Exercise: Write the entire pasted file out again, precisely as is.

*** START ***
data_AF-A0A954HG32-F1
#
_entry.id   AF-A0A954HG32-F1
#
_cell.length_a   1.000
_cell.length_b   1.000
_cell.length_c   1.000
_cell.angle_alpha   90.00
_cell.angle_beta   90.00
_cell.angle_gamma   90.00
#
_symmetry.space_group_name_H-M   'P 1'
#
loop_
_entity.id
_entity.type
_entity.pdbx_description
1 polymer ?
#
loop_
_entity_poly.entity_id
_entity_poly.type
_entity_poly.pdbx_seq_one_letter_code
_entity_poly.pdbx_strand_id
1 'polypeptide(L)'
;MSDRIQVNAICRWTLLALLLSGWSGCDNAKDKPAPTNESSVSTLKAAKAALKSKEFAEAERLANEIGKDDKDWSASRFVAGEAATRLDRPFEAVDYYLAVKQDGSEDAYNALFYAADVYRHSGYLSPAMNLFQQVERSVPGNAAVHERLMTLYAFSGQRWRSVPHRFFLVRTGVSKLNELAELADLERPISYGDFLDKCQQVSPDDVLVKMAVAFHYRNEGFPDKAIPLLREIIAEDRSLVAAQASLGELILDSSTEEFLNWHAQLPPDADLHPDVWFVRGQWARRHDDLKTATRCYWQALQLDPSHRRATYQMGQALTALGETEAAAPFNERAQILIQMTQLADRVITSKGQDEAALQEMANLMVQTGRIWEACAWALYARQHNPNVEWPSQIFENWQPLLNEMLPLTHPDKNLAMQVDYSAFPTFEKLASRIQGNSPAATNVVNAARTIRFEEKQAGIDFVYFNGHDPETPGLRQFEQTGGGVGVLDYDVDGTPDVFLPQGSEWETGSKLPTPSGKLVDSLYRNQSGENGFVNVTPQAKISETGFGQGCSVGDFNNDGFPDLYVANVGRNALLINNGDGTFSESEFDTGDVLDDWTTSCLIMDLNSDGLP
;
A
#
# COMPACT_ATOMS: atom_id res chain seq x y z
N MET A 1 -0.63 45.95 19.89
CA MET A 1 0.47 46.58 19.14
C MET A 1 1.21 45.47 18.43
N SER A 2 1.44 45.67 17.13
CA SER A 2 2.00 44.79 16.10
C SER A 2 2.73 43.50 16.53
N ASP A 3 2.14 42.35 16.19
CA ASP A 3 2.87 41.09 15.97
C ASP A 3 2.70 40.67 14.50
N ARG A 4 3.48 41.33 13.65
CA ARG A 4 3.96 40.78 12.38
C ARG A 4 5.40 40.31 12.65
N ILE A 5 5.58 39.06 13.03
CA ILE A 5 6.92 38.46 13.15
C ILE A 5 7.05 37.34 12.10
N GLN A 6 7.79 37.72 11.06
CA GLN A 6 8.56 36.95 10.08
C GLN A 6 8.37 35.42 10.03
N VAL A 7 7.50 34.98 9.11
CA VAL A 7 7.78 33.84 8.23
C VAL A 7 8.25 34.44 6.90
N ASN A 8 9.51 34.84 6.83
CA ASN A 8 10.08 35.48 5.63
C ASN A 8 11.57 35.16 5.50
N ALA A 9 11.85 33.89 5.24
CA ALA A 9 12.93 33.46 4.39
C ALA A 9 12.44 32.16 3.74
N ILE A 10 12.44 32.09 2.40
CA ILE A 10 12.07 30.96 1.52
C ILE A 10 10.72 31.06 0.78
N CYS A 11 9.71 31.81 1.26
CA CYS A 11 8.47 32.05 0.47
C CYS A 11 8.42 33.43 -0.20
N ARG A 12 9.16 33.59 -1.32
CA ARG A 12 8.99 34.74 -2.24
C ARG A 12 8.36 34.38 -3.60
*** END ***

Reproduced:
data_AF-A0A954HG32-F1
#
_entry.id   AF-A0A954HG32-F1
#
_cell.length_a   1.000
_cell.length_b   1.000
_cell.length_c   1.000
_cell.angle_alpha   90.00
_cell.angle_beta   90.00
_cell.angle_gamma   90.00
#
_symmetry.space_group_name_H-M   'P 1'
#
loop_
_entity.id
_entity.type
_entity.pdbx_description
1 polymer ?
#
loop_
_entity_poly.entity_id
_entity_poly.type
_entity_poly.pdbx_seq_one_letter_code
_entity_poly.pdbx_strand_id
1 'polypeptide(L)'
;MSDRIQVNAICRWTLLALLLSGWSGCDNAKDKPAPTNESSVSTLKAAKAALKSKEFAEAERLANEIGKDDKDWSASRFVAGEAATRLDRPFEAVDYYLAVKQDGSEDAYNALFYAADVYRHSGYLSPAMNLFQQVERSVPGNAAVHERLMTLYAFSGQRWRSVPHRFFLVRTGVSKLNELAELADLERPISYGDFLDKCQQVSPDDVLVKMAVAFHYRNEGFPDKAIPLLREIIAEDRSLVAAQASLGELILDSSTEEFLNWHAQLPPDADLHPDVWFVRGQWARRHDDLKTATRCYWQALQLDPSHRRATYQMGQALTALGETEAAAPFNERAQILIQMTQLADRVITSKGQDEAALQEMANLMVQTGRIWEACAWALYARQHNPNVEWPSQIFENWQPLLNEMLPLTHPDKNLAMQVDYSAFPTFEKLASRIQGNSPAATNVVNAARTIRFEEKQAGIDFVYFNGHDPETPGLRQFEQTGGGVGVLDYDVDGTPDVFLPQGSEWETGSKLPTPSGKLVDSLYRNQSGENGFVNVTPQAKISETGFGQGCSVGDFNNDGFPDLYVANVGRNALLINNGDGTFSESEFDTGDVLDDWTTSCLIMDLNSDGLP
;
A
#
# COMPACT_ATOMS: atom_id res chain seq x y z
N MET A 1 -0.63 45.95 19.89
CA MET A 1 0.47 46.58 19.14
C MET A 1 1.21 45.47 18.43
N SER A 2 1.44 45.67 17.13
CA SER A 2 2.00 44.79 16.10
C SER A 2 2.73 43.50 16.53
N ASP A 3 2.14 42.35 16.19
CA ASP A 3 2.87 41.09 15.97
C ASP A 3 2.70 40.67 14.50
N ARG A 4 3.48 41.33 13.65
CA ARG A 4 3.96 40.78 12.38
C ARG A 4 5.40 40.31 12.65
N ILE A 5 5.58 39.06 13.03
CA ILE A 5 6.92 38.46 13.15
C ILE A 5 7.05 37.34 12.10
N GLN A 6 7.79 37.72 11.06
CA GLN A 6 8.56 36.95 10.08
C GLN A 6 8.37 35.42 10.03
N VAL A 7 7.50 34.98 9.11
CA VAL A 7 7.78 33.84 8.23
C VAL A 7 8.25 34.44 6.90
N ASN A 8 9.51 34.84 6.83
CA ASN A 8 10.08 35.48 5.63
C ASN A 8 11.57 35.16 5.50
N ALA A 9 11.85 33.89 5.24
CA ALA A 9 12.93 33.46 4.39
C ALA A 9 12.44 32.16 3.74
N ILE A 10 12.44 32.09 2.40
CA ILE A 10 12.07 30.96 1.52
C ILE A 10 10.72 31.06 0.78
N CYS A 11 9.71 31.81 1.26
CA CYS A 11 8.47 32.05 0.47
C CYS A 11 8.42 33.43 -0.20
N ARG A 12 9.16 33.59 -1.32
CA ARG A 12 8.99 34.74 -2.24
C ARG A 12 8.36 34.38 -3.60